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Original Research

Cognitive Functioning and Acute Sedative Effects of Risperidone and Quetiapine in Patients With Stable Bipolar I Disorder: A Randomized, Double-Blind, Crossover Study

Philip D. Harvey, PhD; Howard Hassman, DO; Lian Mao, MS; Georges M. Gharabawi, MD; Ramy A. Mahmoud, MD, MPH; and Luella M. Engelhart, MA

Published: August 15, 2007

Article Abstract

Objective: Antipsychotic medications differ in their sedative potential, which can affect cognitive performance. The primary objective of this double-blind study was to compare the effects of treatment initiation with risperidone and quetiapine on cognitive function in subjects with stable bipolar disorder.

Method: Subjects had a DSM-IV diagnosis of bipolar I disorder in partial or full remission and a Young Mania Rating Scale score <= 8 at screening. Subjects were randomly assigned to 1 of 2 treatment sequences: risperidone-quetiapine or quetiapine-risperidone. Subjects in the risperidone-quetiapine sequence received 2 mg of risperidone with dinner and placebo with breakfast during period 1 and 100 mg of quetiapine with dinner and 100 mg with breakfast during period 2. Subjects in the quetiapine-risperidone sequence received the same treatments in reverse order. The 2 treatment periods were separated by a 6- to 14-day washout period. Cognitive function, including attention, working memory, declarative memory, processing speed, and executive functions, was measured before and after dosing. The Visual Analog Scale for Fatigue was also completed. The primary endpoint was a neurocognitive composite score (NCS). The study was conducted from November 2004 through August 2005.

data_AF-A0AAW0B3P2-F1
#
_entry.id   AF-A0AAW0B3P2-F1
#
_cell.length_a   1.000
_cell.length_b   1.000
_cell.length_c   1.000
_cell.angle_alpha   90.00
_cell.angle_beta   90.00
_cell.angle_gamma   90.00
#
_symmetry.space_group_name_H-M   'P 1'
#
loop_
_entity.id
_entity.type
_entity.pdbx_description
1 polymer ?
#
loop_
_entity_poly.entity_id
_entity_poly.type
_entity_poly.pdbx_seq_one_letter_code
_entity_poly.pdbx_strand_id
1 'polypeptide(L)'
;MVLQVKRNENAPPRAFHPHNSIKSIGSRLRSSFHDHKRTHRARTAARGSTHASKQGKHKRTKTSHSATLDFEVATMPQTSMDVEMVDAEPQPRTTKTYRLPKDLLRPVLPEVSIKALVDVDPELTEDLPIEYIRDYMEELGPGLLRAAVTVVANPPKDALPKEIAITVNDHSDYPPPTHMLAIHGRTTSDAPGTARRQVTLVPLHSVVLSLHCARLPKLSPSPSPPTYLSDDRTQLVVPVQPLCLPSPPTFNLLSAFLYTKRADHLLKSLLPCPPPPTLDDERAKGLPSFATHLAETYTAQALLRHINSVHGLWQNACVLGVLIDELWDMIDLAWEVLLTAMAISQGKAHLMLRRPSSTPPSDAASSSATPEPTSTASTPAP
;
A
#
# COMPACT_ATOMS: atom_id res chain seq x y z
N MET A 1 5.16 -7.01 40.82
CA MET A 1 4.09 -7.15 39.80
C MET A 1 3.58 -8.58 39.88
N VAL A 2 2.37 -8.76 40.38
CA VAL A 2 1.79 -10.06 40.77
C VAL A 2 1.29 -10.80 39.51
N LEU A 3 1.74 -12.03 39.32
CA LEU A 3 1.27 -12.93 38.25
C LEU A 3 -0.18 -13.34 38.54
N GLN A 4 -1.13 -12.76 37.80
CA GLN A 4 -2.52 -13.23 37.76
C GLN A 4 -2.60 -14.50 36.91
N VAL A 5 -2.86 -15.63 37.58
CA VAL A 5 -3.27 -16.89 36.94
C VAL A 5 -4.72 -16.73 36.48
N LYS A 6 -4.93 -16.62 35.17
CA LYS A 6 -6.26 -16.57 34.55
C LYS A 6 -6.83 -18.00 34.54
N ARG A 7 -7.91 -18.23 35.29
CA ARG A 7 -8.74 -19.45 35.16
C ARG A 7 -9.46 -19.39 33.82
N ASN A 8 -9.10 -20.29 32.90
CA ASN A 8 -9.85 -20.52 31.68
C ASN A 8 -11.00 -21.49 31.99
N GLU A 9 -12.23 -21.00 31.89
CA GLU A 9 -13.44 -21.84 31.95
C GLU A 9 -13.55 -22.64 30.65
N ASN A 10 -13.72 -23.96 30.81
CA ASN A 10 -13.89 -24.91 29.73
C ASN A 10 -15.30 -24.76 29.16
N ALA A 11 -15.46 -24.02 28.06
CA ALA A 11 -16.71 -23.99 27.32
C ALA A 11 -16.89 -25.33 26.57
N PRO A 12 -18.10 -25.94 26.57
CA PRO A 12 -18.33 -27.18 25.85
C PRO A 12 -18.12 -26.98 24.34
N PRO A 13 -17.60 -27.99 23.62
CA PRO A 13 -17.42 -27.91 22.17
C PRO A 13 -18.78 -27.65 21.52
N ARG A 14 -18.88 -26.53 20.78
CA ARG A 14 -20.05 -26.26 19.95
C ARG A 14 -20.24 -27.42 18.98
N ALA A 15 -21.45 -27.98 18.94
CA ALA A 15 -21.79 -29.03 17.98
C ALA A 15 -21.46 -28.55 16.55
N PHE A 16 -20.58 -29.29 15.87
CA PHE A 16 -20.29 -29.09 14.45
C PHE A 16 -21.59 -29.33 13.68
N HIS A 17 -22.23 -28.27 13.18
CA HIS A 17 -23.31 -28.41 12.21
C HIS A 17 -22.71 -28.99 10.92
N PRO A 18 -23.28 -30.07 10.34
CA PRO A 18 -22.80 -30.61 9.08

Results: Thirty subjects were randomly assigned; 28 took all doses of study medication and completed a baseline and at least 1 postbaseline assessment in each treatment. On the NCS, significantly better overall cognitive function was seen after risperidone than after quetiapine at each time point after dosing. Subjects performed significantly better after risperidone than after quetiapine (p < .05) on 9 of the 18 individual cognitive outcome measures and significantly better after quetiapine than after risperidone on 1 measure. Sleeping or the need for sleep during the test days was reported in significantly more patients after receiving quetiapine than risperidone.

Conclusions: The results indicate that initiation of quetiapine treatment was associated with more immediate adverse cognitive effects and increased somnolence than risperidone treatment.

Clinical Trials Registration: identifier NCT00097032′ ‹

Volume: 68

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